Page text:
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Private Investigator Correspondence Schools

by Kristie Sweet

According to the Bureau of Labor Statistics, one of the fastest-growing occupational fields through 2020 is private detective work, which requires little education or experience for entry and paid an average of over $20 per hour in 2010. An easy way to gain the necessary knowledge for such work is through a correspondence school program.

Learning Procedure

Correspondence school private investigator programs allow students to read through materials at home at their leisure and then take exams online or through the mail to demonstrate concept mastery. Lessons typically focus on a single investigatory skill, often using real-world examples. The Global School of Investigation, for instance, emphasizes practical application of material in each step of the course. Their students perform field exercises to learn the necessary skills for investigation. Most programs offer materials in written, audio and visual forms.

Typical Coursework

Classes in private investigator correspondence programs explain the basics of the criminal justice system, types of evidence, and interview and interrogation techniques. They also cover how to search for people using various systems, such as the Internet and military records, and how to investigate people through automobile and foot surveillance, photography, DNA testing, and crime scene analysis. The students also learn about bounty hunting, searching for missing persons, lock picking, bodyguard training and jurisdictional understanding. Stratford Career Institute students can complete the program as little as six months, and the Detective Training Institute program takes 700 hours. Programs often include classes to help graduates open their own private investigation offices.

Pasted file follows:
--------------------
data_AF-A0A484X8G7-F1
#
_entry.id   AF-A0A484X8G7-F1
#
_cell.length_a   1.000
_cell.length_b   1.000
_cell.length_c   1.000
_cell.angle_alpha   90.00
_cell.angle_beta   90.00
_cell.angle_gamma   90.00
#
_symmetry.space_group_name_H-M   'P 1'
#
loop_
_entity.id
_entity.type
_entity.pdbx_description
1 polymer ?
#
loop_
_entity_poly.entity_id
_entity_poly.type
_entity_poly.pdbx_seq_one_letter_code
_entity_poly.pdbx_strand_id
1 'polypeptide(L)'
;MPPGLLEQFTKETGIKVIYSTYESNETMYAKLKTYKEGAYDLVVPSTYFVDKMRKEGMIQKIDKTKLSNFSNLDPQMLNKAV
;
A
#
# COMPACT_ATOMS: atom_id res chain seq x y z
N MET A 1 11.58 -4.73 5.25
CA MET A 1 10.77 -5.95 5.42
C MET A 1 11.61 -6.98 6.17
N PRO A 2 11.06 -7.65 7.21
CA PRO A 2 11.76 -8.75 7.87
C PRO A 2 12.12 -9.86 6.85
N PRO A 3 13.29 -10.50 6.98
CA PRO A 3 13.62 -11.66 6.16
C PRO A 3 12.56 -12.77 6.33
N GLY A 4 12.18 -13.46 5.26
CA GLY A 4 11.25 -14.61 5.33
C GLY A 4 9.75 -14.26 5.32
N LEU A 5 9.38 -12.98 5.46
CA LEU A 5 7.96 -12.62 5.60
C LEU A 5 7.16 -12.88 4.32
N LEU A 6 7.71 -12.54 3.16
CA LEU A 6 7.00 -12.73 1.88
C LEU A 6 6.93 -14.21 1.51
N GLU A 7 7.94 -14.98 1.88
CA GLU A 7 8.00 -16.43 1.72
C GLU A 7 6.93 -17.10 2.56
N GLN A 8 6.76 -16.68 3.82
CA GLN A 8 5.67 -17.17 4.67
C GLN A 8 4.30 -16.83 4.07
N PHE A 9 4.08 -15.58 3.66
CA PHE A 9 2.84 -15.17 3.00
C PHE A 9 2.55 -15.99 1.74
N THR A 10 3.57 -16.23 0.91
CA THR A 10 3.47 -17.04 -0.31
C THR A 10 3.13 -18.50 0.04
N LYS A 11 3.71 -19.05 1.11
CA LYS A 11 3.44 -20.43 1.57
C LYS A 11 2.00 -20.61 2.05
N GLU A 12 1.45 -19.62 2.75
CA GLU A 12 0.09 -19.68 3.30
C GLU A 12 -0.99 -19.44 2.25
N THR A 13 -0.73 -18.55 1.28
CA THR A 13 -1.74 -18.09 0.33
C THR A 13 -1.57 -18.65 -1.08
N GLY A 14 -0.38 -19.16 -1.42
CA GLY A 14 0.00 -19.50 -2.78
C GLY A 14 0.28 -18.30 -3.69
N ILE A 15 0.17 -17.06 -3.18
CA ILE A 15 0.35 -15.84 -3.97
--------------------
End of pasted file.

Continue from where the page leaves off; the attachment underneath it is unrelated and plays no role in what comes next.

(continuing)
Materials

Many correspondence courses for private investigation provide students with manuals covering the techniques and laws regarding the various aspects of investigation, but some include other materials, as well. For instance, Global School of Investigation students can get a separate surveillance training DVD and a badge, and the Detective Training Institute offers an equipment catalog helpful for conducting business after graduation.

Licensing and Employment

Completion of a correspondence program in private investigation opens opportunities to work for law enforcement departments, businesses, security companies, insurance companies, retail outlets and individuals. Many states require private investigators to obtain a license, which typically requires more training than just these programs. For instance, California demands a combination of schooling and investigative work experience, as well as an exam. New York also requires passing an exam and obtaining experience. Usually, you must obtain a license only if you intend to run your own investigation firm.

About the Author

Kristie Sweet has been writing professionally since 1982, most recently publishing for various websites on topics like health and wellness, and education. She holds a Master of Arts in English from the University of Northern Colorado.

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